Sept. 20 (Bloomberg) -- The International Monetary Fund forecast a decline in commodity prices in the second half of this year and in 2012 on bigger harvests of food crops and as slower economic growth weighs on demand for base metals.
The IMF’s index of non-fuel commodities is forecast to slip about 5.5 percent in the second half of 2011 on better harvests, while base-metal prices are expected to decline “modestly” in 2012 on improved supply, the IMF said in its World Economic Outlook report today.
The world economy will expand 4 percent this year and the next, the IMF said today, from June forecasts of 4.3 percent in 2011 and 4.5 percent in 2012. The Standard & Poor’s GSCI Index of commodity prices has dropped 16 percent from its April 8 high this year, and is up 1.7 percent from the end of December.
“Commodity prices already reflect a weaker near-term global growth outlook,” the IMF said. “For a growing number of commodities, upward pressure will likely also be contained by supply responses to higher prices.”
The IMF forecast is for commodity prices to be “broadly unchanged” this year, it said.
“In the near term, broad commodity price risks seem more balanced,” the fund said. “Downside risks to global growth have risen. On the upside, price spikes due to supply factors remain the main concern.”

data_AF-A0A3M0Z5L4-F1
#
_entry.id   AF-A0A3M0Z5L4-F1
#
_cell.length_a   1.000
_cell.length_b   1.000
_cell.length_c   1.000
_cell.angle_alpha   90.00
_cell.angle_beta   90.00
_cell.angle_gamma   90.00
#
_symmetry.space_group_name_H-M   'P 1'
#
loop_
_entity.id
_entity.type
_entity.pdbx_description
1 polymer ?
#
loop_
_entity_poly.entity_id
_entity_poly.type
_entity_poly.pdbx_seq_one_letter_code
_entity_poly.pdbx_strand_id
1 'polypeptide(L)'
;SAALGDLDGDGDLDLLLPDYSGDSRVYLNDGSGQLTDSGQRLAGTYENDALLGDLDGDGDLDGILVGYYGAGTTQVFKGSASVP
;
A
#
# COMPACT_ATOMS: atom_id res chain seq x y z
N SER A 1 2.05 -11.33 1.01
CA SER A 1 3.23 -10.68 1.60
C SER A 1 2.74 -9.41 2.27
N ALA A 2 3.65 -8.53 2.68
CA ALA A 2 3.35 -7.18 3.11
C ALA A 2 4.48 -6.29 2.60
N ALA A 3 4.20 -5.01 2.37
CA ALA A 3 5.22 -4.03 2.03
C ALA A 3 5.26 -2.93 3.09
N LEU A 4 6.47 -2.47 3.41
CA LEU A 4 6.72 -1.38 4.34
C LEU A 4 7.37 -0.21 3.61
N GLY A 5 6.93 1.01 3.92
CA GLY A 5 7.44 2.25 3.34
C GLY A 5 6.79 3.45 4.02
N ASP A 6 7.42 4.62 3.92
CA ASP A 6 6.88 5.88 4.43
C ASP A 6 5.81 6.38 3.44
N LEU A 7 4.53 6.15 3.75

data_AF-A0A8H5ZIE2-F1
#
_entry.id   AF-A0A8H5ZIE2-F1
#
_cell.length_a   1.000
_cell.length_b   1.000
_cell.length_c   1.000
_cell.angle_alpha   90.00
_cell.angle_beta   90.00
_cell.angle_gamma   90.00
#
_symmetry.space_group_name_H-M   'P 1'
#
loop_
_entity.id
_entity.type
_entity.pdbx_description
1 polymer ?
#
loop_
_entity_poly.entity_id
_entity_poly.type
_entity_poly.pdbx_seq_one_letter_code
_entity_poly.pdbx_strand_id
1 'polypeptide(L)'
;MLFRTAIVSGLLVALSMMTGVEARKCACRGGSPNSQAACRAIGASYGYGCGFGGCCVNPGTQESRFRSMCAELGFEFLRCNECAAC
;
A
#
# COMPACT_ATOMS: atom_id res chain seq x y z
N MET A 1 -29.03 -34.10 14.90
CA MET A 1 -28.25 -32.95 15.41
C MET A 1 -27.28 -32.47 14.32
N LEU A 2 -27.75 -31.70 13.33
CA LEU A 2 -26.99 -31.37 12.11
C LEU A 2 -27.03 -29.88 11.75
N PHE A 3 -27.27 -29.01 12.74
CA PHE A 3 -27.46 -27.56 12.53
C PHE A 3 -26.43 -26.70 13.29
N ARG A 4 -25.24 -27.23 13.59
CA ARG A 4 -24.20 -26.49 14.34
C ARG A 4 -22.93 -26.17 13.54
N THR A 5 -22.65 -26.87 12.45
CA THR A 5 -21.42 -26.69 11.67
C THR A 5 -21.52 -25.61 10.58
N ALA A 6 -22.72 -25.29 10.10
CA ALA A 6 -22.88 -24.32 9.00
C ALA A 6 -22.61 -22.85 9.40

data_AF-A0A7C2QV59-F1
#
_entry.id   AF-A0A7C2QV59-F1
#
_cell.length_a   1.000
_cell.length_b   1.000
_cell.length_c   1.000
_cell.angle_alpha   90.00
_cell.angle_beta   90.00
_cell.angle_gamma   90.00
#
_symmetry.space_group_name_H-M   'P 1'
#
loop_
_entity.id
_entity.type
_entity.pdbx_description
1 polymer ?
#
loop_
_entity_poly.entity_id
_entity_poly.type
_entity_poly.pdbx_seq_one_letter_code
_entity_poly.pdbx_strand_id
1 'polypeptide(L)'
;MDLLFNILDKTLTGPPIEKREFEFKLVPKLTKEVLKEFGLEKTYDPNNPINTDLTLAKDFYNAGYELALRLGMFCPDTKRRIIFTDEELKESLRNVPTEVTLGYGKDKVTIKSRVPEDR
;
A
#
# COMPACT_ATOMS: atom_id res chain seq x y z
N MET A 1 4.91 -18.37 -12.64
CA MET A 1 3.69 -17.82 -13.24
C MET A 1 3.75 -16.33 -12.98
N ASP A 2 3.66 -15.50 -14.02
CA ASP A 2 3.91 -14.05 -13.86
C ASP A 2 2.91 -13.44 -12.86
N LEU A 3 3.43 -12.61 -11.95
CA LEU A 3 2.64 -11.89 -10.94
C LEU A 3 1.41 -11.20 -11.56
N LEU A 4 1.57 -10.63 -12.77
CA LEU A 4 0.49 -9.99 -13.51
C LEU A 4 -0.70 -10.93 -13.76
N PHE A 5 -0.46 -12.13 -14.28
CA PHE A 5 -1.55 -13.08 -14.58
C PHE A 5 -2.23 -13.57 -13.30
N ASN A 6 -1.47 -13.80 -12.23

Upside price risks are “most pertinent” for energy and food, the IMF said. For oil markets, geopolitical factors are an important part of supply-side risk, and declines in spare capacity mean “relatively small upward surprises” in demand for oil can trigger large price increases, the IMF said.
Low inventory levels for agricultural commodities mean any “significant” shocks can cause food-price spikes, according to the report. Demand growth for food remains strong, with no sign in a slowdown in “rapid increases” in emerging-market food consumption, driven by rising incomes and a dietary shift towards higher-protein food, the IMF said.
“Food markets remain precariously balanced,” the IMF said. “Inventory buffers are very low for some important crops, notably corn, and this will keep prices very sensitive to changes in the supply and demand outlook.”
Food prices are expected to decline “modestly” in 2012, assuming more normal weather conditions and stable energy prices, with supplies increasing in response to higher prices, the fund said.
“The balance of risk to food prices is still to the upside, however, and this is reflected in derivative market prices,” the IMF said. “A combination of low inventories, volatile weather and demand uncertainties related to China and biofuels raises the prospect of further price spikes over the next 12 to 18 months.”
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